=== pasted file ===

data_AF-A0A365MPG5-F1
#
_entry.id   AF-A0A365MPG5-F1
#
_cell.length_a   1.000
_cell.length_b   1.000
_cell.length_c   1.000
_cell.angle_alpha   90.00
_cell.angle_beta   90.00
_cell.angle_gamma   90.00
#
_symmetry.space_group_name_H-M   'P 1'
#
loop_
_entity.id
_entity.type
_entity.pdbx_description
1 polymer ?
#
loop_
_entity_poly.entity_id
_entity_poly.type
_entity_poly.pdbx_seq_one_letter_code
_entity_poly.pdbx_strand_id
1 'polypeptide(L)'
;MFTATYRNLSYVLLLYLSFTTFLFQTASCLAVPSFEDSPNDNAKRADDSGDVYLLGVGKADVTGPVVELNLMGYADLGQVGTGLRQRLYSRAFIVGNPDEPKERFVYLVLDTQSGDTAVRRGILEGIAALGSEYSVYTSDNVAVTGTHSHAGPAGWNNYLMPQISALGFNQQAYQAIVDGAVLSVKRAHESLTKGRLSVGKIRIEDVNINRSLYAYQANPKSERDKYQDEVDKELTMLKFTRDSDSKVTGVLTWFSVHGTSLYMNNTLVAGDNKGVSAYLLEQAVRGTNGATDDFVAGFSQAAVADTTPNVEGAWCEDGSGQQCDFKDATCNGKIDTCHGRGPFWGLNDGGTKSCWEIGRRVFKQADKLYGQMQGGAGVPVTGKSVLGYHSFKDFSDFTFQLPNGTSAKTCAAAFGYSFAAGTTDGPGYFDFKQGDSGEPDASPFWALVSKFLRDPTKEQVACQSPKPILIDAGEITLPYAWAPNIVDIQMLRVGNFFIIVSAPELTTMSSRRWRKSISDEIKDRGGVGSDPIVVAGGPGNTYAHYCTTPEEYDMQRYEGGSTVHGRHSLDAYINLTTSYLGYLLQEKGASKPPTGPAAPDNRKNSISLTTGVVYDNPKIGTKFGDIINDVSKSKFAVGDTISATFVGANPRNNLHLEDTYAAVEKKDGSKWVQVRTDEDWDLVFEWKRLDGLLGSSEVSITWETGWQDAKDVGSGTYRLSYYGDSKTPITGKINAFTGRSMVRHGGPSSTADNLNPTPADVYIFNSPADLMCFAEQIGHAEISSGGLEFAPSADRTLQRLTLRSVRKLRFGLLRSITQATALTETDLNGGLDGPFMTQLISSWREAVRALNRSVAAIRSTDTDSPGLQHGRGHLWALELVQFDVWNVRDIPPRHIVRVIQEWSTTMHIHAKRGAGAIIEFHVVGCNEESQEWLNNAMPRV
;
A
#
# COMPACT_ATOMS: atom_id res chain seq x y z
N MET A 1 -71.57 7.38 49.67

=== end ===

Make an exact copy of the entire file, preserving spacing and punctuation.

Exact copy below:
data_AF-A0A365MPG5-F1
#
_entry.id   AF-A0A365MPG5-F1
#
_cell.length_a   1.000
_cell.length_b   1.000
_cell.length_c   1.000
_cell.angle_alpha   90.00
_cell.angle_beta   90.00
_cell.angle_gamma   90.00
#
_symmetry.space_group_name_H-M   'P 1'
#
loop_
_entity.id
_entity.type
_entity.pdbx_description
1 polymer ?
#
loop_
_entity_poly.entity_id
_entity_poly.type
_entity_poly.pdbx_seq_one_letter_code
_entity_poly.pdbx_strand_id
1 'polypeptide(L)'
;MFTATYRNLSYVLLLYLSFTTFLFQTASCLAVPSFEDSPNDNAKRADDSGDVYLLGVGKADVTGPVVELNLMGYADLGQVGTGLRQRLYSRAFIVGNPDEPKERFVYLVLDTQSGDTAVRRGILEGIAALGSEYSVYTSDNVAVTGTHSHAGPAGWNNYLMPQISALGFNQQAYQAIVDGAVLSVKRAHESLTKGRLSVGKIRIEDVNINRSLYAYQANPKSERDKYQDEVDKELTMLKFTRDSDSKVTGVLTWFSVHGTSLYMNNTLVAGDNKGVSAYLLEQAVRGTNGATDDFVAGFSQAAVADTTPNVEGAWCEDGSGQQCDFKDATCNGKIDTCHGRGPFWGLNDGGTKSCWEIGRRVFKQADKLYGQMQGGAGVPVTGKSVLGYHSFKDFSDFTFQLPNGTSAKTCAAAFGYSFAAGTTDGPGYFDFKQGDSGEPDASPFWALVSKFLRDPTKEQVACQSPKPILIDAGEITLPYAWAPNIVDIQMLRVGNFFIIVSAPELTTMSSRRWRKSISDEIKDRGGVGSDPIVVAGGPGNTYAHYCTTPEEYDMQRYEGGSTVHGRHSLDAYINLTTSYLGYLLQEKGASKPPTGPAAPDNRKNSISLTTGVVYDNPKIGTKFGDIINDVSKSKFAVGDTISATFVGANPRNNLHLEDTYAAVEKKDGSKWVQVRTDEDWDLVFEWKRLDGLLGSSEVSITWETGWQDAKDVGSGTYRLSYYGDSKTPITGKINAFTGRSMVRHGGPSSTADNLNPTPADVYIFNSPADLMCFAEQIGHAEISSGGLEFAPSADRTLQRLTLRSVRKLRFGLLRSITQATALTETDLNGGLDGPFMTQLISSWREAVRALNRSVAAIRSTDTDSPGLQHGRGHLWALELVQFDVWNVRDIPPRHIVRVIQEWSTTMHIHAKRGAGAIIEFHVVGCNEESQEWLNNAMPRV
;
A
#
# COMPACT_ATOMS: atom_id res chain seq x y z
N MET A 1 -71.57 7.38 49.67